Sárospatak is a town in Borsod-Abaúj-Zemplén county, northern Hungary. It lies 70 kilometres (43 miles) northeast from Miskolc, in the Bodrog river valley. The town, often called simply Patak, is an important cultural centre.
- Castle of Sárospatak (with Renaissance tower)
- Art Gallery of Sárospatak
The area has been inhabited since ancient times. Sárospatak was granted town status in 1201 by King Emeric. In the Middle Ages it was an important place due to its proximity to an important trade route leading to Poland.
Castle of Sárospatak
15th and 16th centuries
Sárospatak was elevated to the rank of free royal town by King Sigismund. In 1460, during the reign of King Matthias it received the right to hold a market. In the 15th and 16th centuries, it was owned by the Pálóczi (Pálóczy) family, until baron Antal Pálóczi was killed at the first Battle of Mohács in 1526, which precipitated a conflict between the family of his widow, born of the Perényi family, and the Pálóczi-related Dobó family. The Perényi family gained control of the castle, and it was in their possession until 1602, when it passed to the Dobó family.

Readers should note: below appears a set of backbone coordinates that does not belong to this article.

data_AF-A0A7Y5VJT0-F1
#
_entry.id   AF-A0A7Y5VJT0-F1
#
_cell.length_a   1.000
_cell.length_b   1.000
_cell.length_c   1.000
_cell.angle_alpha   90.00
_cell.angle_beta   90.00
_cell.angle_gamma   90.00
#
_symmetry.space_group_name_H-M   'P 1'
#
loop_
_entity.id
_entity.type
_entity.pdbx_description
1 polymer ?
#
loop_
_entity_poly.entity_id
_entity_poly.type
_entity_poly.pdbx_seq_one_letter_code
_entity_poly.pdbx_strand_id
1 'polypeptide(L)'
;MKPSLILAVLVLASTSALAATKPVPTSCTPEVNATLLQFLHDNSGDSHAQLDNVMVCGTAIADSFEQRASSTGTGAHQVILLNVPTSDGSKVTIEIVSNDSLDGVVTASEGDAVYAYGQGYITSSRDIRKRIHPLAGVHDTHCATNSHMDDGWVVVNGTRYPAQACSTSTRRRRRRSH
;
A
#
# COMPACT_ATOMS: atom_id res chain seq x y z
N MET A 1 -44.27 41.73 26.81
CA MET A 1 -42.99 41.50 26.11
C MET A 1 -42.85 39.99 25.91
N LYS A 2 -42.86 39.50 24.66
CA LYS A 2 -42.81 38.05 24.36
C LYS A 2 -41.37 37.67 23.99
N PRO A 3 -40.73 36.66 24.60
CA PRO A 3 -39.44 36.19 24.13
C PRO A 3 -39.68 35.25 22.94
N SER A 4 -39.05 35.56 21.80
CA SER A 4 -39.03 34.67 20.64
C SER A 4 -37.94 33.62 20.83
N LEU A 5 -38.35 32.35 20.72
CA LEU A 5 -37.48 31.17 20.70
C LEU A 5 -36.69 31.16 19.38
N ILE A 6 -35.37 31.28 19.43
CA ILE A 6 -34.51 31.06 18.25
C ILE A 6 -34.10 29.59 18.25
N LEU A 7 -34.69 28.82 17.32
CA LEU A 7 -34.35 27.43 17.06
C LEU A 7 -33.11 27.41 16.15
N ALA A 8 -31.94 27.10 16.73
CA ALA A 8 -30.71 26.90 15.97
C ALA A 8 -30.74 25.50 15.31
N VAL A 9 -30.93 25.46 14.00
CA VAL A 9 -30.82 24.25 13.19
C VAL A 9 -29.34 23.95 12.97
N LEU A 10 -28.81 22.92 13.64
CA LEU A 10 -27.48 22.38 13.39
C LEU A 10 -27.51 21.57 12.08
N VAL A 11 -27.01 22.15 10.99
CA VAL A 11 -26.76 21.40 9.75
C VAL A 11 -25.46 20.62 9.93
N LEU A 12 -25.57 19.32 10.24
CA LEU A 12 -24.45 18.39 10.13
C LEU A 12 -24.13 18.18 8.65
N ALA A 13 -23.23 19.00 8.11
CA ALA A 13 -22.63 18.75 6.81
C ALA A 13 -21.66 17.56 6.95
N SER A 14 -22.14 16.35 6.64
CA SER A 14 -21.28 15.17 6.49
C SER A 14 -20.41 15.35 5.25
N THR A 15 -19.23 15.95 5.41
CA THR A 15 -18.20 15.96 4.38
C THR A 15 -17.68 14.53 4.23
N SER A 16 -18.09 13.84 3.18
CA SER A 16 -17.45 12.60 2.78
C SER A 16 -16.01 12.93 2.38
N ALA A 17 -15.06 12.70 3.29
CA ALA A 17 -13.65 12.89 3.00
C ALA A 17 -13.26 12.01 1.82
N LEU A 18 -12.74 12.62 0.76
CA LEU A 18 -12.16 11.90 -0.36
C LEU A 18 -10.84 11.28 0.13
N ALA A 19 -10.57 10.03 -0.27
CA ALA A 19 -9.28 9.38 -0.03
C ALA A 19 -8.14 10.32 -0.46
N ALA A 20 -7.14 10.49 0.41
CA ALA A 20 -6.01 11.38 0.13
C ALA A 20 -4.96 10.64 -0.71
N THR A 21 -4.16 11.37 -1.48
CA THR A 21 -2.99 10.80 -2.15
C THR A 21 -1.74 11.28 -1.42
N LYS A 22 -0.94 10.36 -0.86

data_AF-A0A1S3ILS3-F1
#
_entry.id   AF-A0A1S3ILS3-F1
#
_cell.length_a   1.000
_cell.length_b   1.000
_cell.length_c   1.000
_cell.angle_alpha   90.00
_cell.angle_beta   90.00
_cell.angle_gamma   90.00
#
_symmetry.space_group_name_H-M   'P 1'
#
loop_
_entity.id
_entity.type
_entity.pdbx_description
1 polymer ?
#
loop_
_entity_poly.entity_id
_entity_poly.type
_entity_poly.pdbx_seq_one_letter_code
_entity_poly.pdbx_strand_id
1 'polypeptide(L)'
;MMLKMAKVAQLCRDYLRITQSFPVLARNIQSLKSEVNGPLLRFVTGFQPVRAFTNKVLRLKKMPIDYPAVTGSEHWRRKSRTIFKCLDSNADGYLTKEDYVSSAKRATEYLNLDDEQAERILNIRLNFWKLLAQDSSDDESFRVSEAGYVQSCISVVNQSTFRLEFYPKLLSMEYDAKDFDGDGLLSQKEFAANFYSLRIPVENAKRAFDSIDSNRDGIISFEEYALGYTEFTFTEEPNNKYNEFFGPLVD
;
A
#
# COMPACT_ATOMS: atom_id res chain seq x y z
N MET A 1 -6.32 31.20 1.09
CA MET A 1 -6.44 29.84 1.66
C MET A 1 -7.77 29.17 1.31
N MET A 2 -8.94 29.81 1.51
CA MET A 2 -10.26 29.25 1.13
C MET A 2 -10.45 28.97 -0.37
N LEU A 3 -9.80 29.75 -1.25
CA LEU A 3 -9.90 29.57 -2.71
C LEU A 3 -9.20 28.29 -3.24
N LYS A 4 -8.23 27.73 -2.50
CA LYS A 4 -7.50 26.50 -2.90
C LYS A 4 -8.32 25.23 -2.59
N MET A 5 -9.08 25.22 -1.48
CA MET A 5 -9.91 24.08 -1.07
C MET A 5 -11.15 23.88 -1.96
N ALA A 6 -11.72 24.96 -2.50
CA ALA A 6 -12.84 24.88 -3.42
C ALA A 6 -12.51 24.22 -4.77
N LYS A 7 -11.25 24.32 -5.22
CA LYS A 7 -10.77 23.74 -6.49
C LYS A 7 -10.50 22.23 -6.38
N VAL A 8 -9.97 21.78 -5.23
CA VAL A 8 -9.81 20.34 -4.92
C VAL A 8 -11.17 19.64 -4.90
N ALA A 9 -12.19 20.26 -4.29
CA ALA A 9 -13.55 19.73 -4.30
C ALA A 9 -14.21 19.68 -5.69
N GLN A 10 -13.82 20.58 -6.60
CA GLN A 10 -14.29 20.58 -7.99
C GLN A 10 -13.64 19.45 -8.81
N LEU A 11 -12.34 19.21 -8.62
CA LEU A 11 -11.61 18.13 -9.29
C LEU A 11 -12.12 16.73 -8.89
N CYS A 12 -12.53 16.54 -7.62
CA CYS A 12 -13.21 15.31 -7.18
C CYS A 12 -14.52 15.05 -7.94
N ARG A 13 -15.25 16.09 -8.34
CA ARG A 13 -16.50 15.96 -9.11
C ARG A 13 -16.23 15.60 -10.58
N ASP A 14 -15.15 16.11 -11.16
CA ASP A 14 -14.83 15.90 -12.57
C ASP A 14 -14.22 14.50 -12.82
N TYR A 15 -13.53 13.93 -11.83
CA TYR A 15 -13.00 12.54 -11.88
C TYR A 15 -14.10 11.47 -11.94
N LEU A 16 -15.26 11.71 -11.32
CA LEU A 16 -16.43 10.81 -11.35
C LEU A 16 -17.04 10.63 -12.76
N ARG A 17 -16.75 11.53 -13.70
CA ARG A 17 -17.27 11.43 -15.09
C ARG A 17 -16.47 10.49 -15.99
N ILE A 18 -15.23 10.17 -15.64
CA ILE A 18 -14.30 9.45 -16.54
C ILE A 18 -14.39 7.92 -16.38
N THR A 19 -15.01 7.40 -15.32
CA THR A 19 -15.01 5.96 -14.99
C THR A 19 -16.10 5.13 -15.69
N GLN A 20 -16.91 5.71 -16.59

17th and 18th centuries
Bálint Balassi, the most important Hungarian poet of the century married Krisztina Dobó at the castle; the bride was the daughter of István Dobó, who defended the castle of Eger against the Ottoman Turks. Later the castle was owned by the Rákóczi family. The residents of the town took an active part in the revolution and war of independence against Habsburg rule led by Francis II Rákóczi between 1703 and 1711.
College of Sárospatak
The Reformation began spreading into Hungary from this area. The first Protestant college, one of the most important colleges of Hungary at the time, was founded in Sárospatak in 1531. In 1650 Zsuzsanna Lorántffy, widow of George I Rákóczi prince of Transylvania invited the famous Czech educator Jan Comenius to Sárospatak. Comenius lived there until 1654, as a professor of the college, and he wrote some of his most important works there. The college (since 2000 a faculty of the University of Miskolc) now bears his name.
In 1631 Hutterites from Alvinc (today Vințu de Jos, Romania) came to Sárospatak to work on constructions. In 1645 George I Rákóczi gave land to Hutterite families in the Héce area of Sárospatak. They came mostly from Csejte (today Čachtice, Slovakia). According to Conrad Jacob Hildebrandt in 1656 there was a significant population of Hutterites numbering 200 people. They were predominantly craftsmen, but some also worked in the agricultural industry. The appearance of the Jesuits in the city in 1663 meant the end of the life of the community. The Jesuit, Johannes Grueber forced them to recatholisation.
Today Sárospatak is a charming historical town and a popular tourist destination.